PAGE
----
Firecracker

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Chinese firecracker roll being set off
Large flower cracker set off at night
Firecrackers set off in Sibu, Malaysia, to celebrate Chinese New Year

A firecracker (cracker, noise maker, banger,[1]) is a small explosive device primarily designed to produce a large amount of noise, especially in the form of a loud bang, usually for celebration or entertainment; any visual effect is incidental to this goal. They have fuses, and are wrapped in a heavy paper casing to contain the explosive compound. Firecrackers, along with fireworks, originated in China.

History[edit]

An illustration of a fireworks display from the 1628–1643 edition of the Ming Dynasty novel Jin Ping Mei.[2]

The predecessor of the firecracker was a type of heated bamboo, used as early as 200 BCE, that exploded when heated continuously. The Chinese name for firecrackers, 爆竹(baozhu), literally means "exploding bamboo."[3] After the invention of gunpowder, gunpowder firecrackers had a shape that resembled bamboo and produced a similar sound, so the name "exploding bamboo" was retained.[4] In traditional Chinese culture, firecrackers were used to scare off enemies or evil spirits.[citation needed]

Firecrackers production and sales[edit]

Ingredients[edit]

Firecrackers are generally made of cardboard or plastic, with flash powder, cordite, smokeless powder, or black powder as the propellant. This is not always the case, however. Anything from match heads to kerosene and lighter fluid has been used successfully in making firecrackers.[citation needed]The key to loud firecrackers, however, although in part lying in the propellant substance, is pressure. The entire firecracker must be very tightly packed in order for it to work best. Flash powder, however, does not need to be packed tightly, and should not be.

Manufacturing[edit]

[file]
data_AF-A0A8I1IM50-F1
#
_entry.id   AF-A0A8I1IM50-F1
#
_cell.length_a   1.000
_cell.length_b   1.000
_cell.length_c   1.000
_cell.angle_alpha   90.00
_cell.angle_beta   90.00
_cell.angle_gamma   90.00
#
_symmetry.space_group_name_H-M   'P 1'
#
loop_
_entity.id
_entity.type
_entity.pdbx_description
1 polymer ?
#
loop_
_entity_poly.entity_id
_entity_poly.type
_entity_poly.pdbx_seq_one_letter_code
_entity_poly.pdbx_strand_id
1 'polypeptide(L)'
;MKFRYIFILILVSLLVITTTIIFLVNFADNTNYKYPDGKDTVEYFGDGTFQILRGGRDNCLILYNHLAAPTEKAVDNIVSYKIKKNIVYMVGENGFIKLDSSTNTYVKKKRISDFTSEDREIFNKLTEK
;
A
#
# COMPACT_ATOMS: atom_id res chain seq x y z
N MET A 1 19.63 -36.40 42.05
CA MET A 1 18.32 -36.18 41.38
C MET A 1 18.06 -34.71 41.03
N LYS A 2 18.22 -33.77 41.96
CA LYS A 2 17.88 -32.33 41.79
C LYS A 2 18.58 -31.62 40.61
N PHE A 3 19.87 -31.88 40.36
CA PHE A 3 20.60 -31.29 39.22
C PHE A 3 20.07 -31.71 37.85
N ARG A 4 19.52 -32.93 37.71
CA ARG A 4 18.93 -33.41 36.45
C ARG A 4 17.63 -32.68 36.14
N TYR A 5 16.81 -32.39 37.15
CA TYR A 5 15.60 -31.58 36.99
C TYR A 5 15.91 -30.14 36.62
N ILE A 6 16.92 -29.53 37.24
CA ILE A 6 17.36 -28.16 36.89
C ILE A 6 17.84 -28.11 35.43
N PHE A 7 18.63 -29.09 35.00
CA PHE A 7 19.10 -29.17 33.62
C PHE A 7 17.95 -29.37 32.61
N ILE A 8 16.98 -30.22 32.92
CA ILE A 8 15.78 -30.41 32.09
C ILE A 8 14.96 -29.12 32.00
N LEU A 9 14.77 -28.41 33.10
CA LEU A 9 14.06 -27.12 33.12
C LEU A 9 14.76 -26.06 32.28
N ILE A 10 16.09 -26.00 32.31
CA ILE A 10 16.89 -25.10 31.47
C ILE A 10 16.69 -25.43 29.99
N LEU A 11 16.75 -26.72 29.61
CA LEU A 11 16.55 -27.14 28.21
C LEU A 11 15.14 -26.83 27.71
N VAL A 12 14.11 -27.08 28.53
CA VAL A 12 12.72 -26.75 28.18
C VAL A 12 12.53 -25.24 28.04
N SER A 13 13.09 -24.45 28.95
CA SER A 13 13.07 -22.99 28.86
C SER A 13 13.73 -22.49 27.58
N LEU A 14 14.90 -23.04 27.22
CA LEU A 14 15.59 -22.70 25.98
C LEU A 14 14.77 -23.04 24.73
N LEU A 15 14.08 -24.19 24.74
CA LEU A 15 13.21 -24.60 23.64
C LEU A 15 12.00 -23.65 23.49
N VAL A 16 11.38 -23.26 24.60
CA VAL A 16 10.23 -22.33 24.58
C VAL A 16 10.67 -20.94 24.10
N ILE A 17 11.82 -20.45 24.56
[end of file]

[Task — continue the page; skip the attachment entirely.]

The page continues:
Dyer Ball on firecrackers.

James Dyer Ball, in his book Things Chinese, has a detailed description about the process and material used for making firecrackers at the end of the 19th century. At that time, firecrackers were made by women and children workers, using straw paper to make the body of the firecracker, while the fuse was made of paper imported from Japan made from the inner lining of the bamboo plant, or rice paper, stiffened with buckwheat paste. The bamboo paper was cut into strips of 14 inches (360 mm) long and 13 inch (8.5 mm) wide, laid on a table; a string of gunpowder was placed at the center with a hollow tube, then twisted up to make a piece of fuse. The firecracker tubes were made from pieces of straw paper wrapped around iron rods of various diameters and then tightened with a special tool. 200 to 300 firecrackers were tied up in a bunch, then red clay was spread at the bottom of the bunch and forced into each end of the firecracker with a punch; gunpowder was poured in, then the other end was sealed with an awl by turning the tube inward, and a fuse inserted.[5]

Green or environment friendly firecracker[edit]

After India's National Green Tribunal (NGT) enacted a ban on the sale and use of crackers on Diwali festival in 2020, the Council for Scientific and Industrial Research (CSIR) developed green crackers made from cleaner raw materials which reduce emissions by suppressing the production of dust; their emissions are 30% lower but are also are of reduced loudness at 110-125 decibels instead of the more than 160 decibels of traditional firecrackers. However, green crackers still contain harmful pollutants such as aluminium, barium, potassium nitrate and carbon.[6]

Sales, packaging and branding[edit]

A firecracker roll containing 10,000 firecrackers.